Client Alert Explanatory Memorandum (April 2017)


Ride-sharing drivers must register for GST

Not surprisingly, the ATO has moved quickly to state its views on the implications of the recent Federal Court decision regarding Uber. The Court held that the UberX service supplied by the ride-sharing network’s drivers constitutes the supply of “taxi travel” within the meaning of s 144-5(1) of the A New Tax System (Goods and Services Tax) Act 1999 (the GST Act), effectively meaning that Uber drivers need to register for GST.

The ATO agrees that ride-sharing (also known as ride-sourcing) is taxi travel within the meaning of the GST law. As a result, the ATO says taxpayers who provide ride-sharing services must:

  • keep records;
  • have an Australian Business Number (ABN);
  • register for GST, regardless of how much they earn (that is, the $75,000 GST turnover registration threshold does not apply – drivers must register from dollar one of their ride-sharing income);
  • pay GST on the full fare amounts received from passengers;
  • lodge activity statements; and
  • include all income from ride-sharing in their tax returns.

The ATO says drivers are entitled to claim income tax deductions and GST credits (for GST paid) on expenses apportioned to the ride-sharing services they supply. Where the ATO’s data-matching activities identify people who provide ride-sharing services, it will write to them to explain their tax obligations.

Source: ATO, Ride-sourcing is taxi travel, 17 February 2017,

Tax offset for spouse super contributions: changes from 1 July 2017

Currently, an individual can claim a tax offset up to a maximum of $540 for contributions they make to their spouse’s eligible superannuation fund if, among other things, the total of the spouse’s assessable income, total reportable fringe benefits and reportable employer super contributions is under $13,800.

The ATO reminds taxpayers that from 1 July 2017, the spouse’s income threshold will increase to $40,000. The current 18% tax offset of up to $540 will remain and will be available for any individual, whether married or de facto, contributing to super for a recipient spouse whose income is up to $40,000. As is currently the case, the offset gradually reduces for incomes above $37,000 and completely phases out when income exceeds $40,000.

Individuals will not be entitled to the tax offset when the spouse receiving the contribution:

  • has exceeded their non-concessional contributions cap for the relevant year; or
  • has a total superannuation balance equal to or more than the general transfer balance cap ($1.6 million for 2017–2018) immediately before the start of the financial year in which the contribution was made.

The ATO says the intent of this change is extending the current spouse tax offset to allow more couples to support each other in saving for retirement.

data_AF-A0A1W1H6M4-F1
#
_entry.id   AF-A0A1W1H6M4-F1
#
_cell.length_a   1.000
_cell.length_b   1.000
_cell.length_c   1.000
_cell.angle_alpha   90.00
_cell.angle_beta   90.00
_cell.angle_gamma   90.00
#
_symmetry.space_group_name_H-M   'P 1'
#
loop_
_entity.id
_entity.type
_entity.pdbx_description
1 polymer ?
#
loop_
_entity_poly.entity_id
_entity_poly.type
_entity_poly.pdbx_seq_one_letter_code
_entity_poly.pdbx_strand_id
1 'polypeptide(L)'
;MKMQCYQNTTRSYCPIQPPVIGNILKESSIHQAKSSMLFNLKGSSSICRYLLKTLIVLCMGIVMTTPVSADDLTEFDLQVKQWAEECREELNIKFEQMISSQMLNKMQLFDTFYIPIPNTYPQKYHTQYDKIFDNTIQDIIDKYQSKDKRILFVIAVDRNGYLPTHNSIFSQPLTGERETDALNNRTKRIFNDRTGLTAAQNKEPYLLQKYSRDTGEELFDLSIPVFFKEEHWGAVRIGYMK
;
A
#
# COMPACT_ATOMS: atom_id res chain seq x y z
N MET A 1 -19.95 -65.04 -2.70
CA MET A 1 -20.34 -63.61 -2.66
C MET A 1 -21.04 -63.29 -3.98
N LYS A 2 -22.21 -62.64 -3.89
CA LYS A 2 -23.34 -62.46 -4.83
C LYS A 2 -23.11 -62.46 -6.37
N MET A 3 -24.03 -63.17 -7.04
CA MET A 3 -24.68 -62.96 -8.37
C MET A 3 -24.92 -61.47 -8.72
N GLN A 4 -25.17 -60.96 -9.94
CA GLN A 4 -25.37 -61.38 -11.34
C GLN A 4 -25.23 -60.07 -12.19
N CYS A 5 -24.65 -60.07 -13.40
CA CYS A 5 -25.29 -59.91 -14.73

Source: ATO, Change to spouse tax offset, 21 February 2017,

ATO targets restaurants and cafés, hair and beauty businesses in cash economy crackdown

The ATO is visiting more than 400 businesses across Perth and Canberra in April as part of a campaign to help small businesses stay on top of their tax affairs. Assistant Commissioner Tom Wheeler said the ATO is focusing on businesses operating in the cash and hidden economies, with the aim of ensurig fairness for all businesses and the community.

He said ATO officers will be visiting restaurants and cafés, hair and beauty and other small businesses in Perth and Canberra to make sure their registration details are up to date. “These industries are on our radar because they have ready access to cash, and this is a major risk indicator”, Mr Wheeler said.

Mr Wheeler said the industries the ATO is visiting have some of the highest rates of concerns reported to the ATO from across the country. He said the visits are part of an ongoing ATO program of work, which is making its way around the country. So far, the ATO has met businesses in Sydney, Adelaide, Melbourne and the Gold Coast.

Source: ATO, Tax officers hit the streets to help small businesses, 7 March 2017,; Working with industry, 11 January 2017,

Super reforms: $1.6 million transfer balance cap and death benefit pensions

Draft Law Companion Guideline LCG 2017/D3

On 13 February 2017, the ATO released Draft Law Companion Guideline LCG 2017/D3. This Draft Guideline deals with the treatment of superannuation death benefit income streams under the $1.6 million pension transfer balance cap from 1 July 2017.

Where a taxpayer has amounts remaining in superannuation when they die, their death creates a compulsory cashing requirement for the superannuation provider. This means the superannuation provider must cash the superannuation interests to the deceased person’s beneficiaries as soon as possible. The payment of superannuation interests after the person’s death is called a superannuation death benefit.

Where a superannuation interest is cashed to a dependant beneficiary in the form of a death benefit income stream, a credit arises in the dependant beneficiary’s transfer balance account under s 294-25(1) of the Income Tax Assessment Act 1997 (ITAA 1997). The amount and timing of a transfer balance credit for a death benefit income stream depends on whether the recipient is a reversionary or non-reversionary beneficiary.

Reversionary vs non-reversionary pensions